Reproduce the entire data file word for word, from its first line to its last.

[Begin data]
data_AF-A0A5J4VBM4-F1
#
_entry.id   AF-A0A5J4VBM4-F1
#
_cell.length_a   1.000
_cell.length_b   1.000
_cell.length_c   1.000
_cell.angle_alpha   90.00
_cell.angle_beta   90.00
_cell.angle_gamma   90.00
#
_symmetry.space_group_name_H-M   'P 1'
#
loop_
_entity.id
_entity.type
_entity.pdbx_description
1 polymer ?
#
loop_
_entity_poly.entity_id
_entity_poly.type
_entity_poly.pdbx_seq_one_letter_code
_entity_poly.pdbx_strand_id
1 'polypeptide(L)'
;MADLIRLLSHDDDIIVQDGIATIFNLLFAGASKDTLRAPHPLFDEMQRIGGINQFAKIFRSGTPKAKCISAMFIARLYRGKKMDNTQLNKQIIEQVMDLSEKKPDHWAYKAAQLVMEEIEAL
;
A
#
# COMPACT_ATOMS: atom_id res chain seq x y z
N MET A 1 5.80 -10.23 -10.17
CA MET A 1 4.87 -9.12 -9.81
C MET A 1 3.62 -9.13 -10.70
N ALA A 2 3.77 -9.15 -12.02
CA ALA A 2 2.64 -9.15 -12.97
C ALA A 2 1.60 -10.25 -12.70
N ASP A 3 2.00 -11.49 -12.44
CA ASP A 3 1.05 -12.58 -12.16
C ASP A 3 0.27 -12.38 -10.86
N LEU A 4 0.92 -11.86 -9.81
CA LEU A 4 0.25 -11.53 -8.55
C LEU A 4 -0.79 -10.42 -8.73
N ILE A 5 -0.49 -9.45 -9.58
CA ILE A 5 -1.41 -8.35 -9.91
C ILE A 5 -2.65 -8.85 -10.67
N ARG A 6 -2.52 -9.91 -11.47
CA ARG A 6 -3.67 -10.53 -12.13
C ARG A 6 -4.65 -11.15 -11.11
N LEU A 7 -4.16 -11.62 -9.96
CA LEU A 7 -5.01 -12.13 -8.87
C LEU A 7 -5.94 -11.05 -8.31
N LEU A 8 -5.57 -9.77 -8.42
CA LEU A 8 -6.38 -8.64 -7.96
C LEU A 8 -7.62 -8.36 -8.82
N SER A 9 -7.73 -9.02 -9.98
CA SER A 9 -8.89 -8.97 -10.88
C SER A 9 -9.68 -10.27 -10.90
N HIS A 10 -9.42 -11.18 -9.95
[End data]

data_AF-A0A5J4VBM4-F1
#
_entry.id   AF-A0A5J4VBM4-F1
#
_cell.length_a   1.000
_cell.length_b   1.000
_cell.length_c   1.000
_cell.angle_alpha   90.00
_cell.angle_beta   90.00
_cell.angle_gamma   90.00
#
_symmetry.space_group_name_H-M   'P 1'
#
loop_
_entity.id
_entity.type
_entity.pdbx_description
1 polymer ?
#
loop_
_entity_poly.entity_id
_entity_poly.type
_entity_poly.pdbx_seq_one_letter_code
_entity_poly.pdbx_strand_id
1 'polypeptide(L)'
;MADLIRLLSHDDDIIVQDGIATIFNLLFAGASKDTLRAPHPLFDEMQRIGGINQFAKIFRSGTPKAKCISAMFIARLYRGKKMDNTQLNKQIIEQVMDLSEKKPDHWAYKAAQLVMEEIEAL
;
A
#
# COMPACT_ATOMS: atom_id res chain seq x y z
N MET A 1 5.80 -10.23 -10.17
CA MET A 1 4.87 -9.12 -9.81
C MET A 1 3.62 -9.13 -10.70
N ALA A 2 3.77 -9.15 -12.02
CA ALA A 2 2.64 -9.15 -12.97
C ALA A 2 1.60 -10.25 -12.70
N ASP A 3 2.00 -11.49 -12.44
CA ASP A 3 1.05 -12.58 -12.16
C ASP A 3 0.27 -12.38 -10.86
N LEU A 4 0.92 -11.86 -9.81
CA LEU A 4 0.25 -11.53 -8.55
C LEU A 4 -0.79 -10.42 -8.73
N ILE A 5 -0.49 -9.45 -9.58
CA ILE A 5 -1.41 -8.35 -9.91
C ILE A 5 -2.65 -8.85 -10.67
N ARG A 6 -2.52 -9.91 -11.47
CA ARG A 6 -3.67 -10.53 -12.13
C ARG A 6 -4.65 -11.15 -11.11
N LEU A 7 -4.16 -11.62 -9.96
CA LEU A 7 -5.01 -12.13 -8.87
C LEU A 7 -5.94 -11.05 -8.31
N LEU A 8 -5.57 -9.77 -8.42
CA LEU A 8 -6.38 -8.64 -7.96
C LEU A 8 -7.62 -8.36 -8.82
N SER A 9 -7.73 -9.02 -9.98
CA SER A 9 -8.89 -8.97 -10.88
C SER A 9 -9.68 -10.27 -10.90
N HIS A 10 -9.42 -11.18 -9.95